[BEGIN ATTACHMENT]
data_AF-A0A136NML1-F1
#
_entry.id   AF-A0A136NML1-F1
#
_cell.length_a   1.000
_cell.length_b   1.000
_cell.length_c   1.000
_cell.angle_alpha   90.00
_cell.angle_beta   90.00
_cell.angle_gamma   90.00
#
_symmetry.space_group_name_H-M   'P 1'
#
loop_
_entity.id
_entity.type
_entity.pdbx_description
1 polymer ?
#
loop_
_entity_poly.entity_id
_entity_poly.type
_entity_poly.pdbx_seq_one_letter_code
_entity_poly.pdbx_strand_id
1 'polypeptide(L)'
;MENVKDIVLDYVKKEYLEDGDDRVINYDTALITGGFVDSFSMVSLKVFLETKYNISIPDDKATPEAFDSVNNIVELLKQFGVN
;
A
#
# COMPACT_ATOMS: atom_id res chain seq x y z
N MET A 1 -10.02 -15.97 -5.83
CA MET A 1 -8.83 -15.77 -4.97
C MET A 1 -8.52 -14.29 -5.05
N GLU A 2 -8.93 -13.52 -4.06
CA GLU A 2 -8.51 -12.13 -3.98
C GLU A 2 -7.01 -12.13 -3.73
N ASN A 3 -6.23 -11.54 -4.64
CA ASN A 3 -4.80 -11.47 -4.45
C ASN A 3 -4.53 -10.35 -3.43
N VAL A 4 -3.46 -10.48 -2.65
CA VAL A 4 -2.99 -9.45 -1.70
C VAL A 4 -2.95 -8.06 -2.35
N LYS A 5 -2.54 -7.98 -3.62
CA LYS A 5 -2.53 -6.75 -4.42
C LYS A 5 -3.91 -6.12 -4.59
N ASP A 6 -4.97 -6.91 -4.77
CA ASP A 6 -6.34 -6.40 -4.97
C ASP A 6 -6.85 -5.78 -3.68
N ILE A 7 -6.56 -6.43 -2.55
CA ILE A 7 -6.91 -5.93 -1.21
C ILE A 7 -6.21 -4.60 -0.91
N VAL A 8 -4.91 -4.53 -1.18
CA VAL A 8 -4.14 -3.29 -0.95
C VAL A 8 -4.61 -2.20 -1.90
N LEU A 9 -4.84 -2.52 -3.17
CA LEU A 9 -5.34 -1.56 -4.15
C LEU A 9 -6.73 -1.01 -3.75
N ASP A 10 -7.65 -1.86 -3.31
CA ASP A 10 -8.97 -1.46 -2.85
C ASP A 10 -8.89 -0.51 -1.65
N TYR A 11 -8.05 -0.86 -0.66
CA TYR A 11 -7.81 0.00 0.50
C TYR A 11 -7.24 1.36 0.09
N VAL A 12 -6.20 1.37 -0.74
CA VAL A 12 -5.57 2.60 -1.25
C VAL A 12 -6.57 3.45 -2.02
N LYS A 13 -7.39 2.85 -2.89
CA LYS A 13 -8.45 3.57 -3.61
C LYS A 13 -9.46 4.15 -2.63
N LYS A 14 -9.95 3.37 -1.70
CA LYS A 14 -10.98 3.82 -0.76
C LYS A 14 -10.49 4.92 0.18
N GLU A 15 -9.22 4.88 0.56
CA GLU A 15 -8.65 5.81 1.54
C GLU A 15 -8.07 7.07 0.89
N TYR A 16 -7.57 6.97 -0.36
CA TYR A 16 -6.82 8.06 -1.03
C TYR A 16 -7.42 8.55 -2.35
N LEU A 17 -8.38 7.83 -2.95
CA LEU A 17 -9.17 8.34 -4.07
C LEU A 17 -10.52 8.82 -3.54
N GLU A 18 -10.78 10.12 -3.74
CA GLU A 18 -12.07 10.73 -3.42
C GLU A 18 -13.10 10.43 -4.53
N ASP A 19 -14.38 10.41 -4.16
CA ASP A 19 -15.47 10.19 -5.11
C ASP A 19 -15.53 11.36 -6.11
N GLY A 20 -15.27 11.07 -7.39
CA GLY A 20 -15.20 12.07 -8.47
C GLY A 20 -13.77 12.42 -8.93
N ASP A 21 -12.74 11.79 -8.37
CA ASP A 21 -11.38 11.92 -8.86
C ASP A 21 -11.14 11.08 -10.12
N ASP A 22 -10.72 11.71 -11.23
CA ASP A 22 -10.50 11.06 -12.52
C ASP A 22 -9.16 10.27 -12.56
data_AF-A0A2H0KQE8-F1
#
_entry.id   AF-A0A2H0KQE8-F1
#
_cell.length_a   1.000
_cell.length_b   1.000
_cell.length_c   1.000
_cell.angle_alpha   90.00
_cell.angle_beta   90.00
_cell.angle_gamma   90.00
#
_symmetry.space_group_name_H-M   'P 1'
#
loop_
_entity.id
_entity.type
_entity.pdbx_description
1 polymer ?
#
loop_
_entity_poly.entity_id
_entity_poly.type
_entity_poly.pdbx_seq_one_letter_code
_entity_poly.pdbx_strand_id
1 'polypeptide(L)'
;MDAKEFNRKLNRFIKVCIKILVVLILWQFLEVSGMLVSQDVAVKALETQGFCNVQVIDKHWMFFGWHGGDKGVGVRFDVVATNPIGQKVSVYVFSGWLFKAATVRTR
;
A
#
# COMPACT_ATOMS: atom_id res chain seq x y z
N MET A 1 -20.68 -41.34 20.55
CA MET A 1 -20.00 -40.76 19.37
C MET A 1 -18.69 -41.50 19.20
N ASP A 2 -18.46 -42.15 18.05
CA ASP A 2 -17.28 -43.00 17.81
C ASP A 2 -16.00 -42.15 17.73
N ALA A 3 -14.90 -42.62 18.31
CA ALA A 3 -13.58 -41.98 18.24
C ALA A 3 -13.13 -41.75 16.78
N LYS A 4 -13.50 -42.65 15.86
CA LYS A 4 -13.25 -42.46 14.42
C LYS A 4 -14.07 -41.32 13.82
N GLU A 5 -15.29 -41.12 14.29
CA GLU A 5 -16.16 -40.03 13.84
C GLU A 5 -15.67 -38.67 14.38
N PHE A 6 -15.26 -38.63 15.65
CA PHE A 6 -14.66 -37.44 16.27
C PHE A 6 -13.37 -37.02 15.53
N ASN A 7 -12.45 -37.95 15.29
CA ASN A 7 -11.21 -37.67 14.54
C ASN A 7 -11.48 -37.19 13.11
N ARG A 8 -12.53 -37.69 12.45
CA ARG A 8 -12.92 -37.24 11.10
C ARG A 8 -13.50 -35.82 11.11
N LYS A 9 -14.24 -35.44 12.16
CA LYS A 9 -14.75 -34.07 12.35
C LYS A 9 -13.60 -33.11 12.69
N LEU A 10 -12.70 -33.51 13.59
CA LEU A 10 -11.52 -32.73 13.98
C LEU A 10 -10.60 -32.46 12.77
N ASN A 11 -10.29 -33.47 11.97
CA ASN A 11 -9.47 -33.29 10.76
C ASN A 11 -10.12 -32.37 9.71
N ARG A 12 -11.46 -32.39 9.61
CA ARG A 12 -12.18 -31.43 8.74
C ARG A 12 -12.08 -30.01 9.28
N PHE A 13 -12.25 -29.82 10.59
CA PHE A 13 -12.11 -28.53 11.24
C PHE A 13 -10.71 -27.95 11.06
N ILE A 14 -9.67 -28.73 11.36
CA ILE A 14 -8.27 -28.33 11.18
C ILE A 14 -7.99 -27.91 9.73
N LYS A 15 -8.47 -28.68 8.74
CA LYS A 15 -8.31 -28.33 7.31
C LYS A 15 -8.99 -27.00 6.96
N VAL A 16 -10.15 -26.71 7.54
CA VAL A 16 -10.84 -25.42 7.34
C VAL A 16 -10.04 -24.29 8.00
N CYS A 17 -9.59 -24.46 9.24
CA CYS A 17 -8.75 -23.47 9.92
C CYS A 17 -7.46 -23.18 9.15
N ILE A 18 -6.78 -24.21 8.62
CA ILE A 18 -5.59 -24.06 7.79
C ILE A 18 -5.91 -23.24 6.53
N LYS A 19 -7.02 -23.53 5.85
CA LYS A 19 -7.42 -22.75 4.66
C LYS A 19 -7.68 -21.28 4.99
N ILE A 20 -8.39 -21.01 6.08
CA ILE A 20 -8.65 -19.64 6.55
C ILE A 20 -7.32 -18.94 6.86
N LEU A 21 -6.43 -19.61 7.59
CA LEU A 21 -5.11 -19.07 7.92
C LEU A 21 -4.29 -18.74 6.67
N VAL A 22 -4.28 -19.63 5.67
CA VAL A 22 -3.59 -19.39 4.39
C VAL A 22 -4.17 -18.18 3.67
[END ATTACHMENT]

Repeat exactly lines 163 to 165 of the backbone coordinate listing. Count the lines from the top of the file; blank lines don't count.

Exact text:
N PHE A 13 -12.25 -29.82 10.59
CA PHE A 13 -12.11 -28.53 11.24
C PHE A 13 -10.71 -27.95 11.06